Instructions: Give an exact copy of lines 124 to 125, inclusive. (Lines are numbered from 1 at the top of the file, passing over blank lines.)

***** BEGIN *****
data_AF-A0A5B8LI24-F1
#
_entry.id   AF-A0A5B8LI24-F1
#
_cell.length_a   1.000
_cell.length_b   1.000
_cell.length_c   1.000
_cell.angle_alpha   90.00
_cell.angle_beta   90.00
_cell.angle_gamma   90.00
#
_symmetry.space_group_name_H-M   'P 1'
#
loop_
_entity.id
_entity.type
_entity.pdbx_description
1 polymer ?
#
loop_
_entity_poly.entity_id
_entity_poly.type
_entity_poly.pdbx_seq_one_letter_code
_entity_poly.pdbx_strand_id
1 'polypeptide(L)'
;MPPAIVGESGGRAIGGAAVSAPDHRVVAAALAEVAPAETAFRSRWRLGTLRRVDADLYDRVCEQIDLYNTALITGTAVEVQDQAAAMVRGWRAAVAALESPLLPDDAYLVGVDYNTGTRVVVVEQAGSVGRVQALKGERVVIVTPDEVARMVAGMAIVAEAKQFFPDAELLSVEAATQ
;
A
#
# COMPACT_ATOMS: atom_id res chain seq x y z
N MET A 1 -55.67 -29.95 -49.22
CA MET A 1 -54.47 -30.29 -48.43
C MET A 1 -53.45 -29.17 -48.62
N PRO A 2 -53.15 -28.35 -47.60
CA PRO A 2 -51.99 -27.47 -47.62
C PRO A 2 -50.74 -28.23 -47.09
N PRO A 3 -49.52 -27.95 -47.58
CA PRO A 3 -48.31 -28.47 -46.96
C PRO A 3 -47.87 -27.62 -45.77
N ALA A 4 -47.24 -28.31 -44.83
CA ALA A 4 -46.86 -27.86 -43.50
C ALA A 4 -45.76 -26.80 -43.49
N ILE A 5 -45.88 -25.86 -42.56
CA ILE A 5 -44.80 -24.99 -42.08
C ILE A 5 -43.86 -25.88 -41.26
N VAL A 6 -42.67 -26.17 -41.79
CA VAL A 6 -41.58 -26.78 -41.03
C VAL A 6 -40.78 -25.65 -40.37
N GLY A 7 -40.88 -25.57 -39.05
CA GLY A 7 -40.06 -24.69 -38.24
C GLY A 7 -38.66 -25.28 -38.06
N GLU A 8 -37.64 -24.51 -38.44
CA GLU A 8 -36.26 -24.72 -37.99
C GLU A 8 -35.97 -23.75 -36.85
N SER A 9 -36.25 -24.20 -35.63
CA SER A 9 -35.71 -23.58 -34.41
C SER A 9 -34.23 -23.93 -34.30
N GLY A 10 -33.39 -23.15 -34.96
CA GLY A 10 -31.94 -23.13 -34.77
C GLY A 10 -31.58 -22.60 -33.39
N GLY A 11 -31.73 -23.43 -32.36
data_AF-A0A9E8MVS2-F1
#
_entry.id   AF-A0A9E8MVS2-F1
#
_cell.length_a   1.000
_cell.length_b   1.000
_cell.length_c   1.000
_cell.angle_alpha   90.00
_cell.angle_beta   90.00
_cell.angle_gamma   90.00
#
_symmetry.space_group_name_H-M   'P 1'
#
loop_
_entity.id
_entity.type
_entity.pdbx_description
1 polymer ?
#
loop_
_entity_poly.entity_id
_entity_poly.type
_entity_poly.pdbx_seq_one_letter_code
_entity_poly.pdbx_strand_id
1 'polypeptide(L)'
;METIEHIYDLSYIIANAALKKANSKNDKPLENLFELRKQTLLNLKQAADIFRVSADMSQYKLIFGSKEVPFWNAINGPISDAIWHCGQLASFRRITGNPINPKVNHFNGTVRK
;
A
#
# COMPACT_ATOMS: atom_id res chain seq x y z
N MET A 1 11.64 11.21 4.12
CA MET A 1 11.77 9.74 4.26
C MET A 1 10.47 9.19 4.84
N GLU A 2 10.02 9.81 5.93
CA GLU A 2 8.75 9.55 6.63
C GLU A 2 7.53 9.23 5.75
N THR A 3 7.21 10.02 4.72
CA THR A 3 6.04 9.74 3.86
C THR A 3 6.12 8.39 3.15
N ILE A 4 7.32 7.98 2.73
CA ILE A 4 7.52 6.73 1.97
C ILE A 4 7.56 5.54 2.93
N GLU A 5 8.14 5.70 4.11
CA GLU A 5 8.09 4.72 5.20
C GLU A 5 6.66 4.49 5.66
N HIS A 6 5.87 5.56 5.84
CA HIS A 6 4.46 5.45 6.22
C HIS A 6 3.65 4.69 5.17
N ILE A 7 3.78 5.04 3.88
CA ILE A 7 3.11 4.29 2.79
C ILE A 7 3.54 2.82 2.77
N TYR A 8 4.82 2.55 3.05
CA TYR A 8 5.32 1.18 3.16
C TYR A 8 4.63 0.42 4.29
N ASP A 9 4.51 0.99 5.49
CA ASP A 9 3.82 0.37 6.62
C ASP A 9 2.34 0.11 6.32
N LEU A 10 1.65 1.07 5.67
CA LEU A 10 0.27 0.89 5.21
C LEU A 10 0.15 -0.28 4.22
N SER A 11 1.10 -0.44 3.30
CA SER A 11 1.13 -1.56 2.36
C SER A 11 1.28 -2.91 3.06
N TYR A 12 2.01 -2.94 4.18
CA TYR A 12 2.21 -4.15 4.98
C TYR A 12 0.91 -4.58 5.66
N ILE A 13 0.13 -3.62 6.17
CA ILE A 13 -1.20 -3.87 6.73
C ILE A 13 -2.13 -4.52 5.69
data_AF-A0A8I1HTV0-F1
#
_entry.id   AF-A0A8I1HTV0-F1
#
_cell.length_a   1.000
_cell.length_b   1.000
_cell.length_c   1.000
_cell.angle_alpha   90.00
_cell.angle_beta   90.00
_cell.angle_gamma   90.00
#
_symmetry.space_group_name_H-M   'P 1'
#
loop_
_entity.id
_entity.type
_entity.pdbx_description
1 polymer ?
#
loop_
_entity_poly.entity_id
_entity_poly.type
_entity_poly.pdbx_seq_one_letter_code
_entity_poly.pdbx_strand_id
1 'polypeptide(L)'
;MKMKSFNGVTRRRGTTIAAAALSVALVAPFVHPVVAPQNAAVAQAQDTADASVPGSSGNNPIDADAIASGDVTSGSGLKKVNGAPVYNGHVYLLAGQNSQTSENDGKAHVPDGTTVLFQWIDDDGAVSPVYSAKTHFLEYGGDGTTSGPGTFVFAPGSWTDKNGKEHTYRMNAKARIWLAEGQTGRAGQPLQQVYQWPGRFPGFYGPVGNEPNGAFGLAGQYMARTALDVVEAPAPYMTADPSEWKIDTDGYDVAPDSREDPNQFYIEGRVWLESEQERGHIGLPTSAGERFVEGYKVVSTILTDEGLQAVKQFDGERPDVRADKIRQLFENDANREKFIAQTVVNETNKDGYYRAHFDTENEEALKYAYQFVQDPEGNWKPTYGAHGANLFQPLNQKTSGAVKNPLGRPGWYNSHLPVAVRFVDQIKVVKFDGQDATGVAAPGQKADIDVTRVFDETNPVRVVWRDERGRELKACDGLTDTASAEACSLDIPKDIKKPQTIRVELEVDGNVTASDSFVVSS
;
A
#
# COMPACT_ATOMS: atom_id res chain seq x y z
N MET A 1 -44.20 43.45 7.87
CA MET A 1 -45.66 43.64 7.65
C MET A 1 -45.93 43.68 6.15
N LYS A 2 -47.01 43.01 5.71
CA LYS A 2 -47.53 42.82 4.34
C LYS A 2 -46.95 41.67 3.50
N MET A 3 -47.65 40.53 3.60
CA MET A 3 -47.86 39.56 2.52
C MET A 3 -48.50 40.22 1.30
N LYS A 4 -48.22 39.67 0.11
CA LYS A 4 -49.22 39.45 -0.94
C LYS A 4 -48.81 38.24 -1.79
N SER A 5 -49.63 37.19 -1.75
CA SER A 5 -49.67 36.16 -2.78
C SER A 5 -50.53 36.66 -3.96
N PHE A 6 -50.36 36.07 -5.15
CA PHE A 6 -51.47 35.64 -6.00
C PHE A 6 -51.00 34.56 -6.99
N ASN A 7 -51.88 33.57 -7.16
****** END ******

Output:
C SER A 11 1.28 -2.91 3.06
N TYR A 12 2.01 -2.94 4.18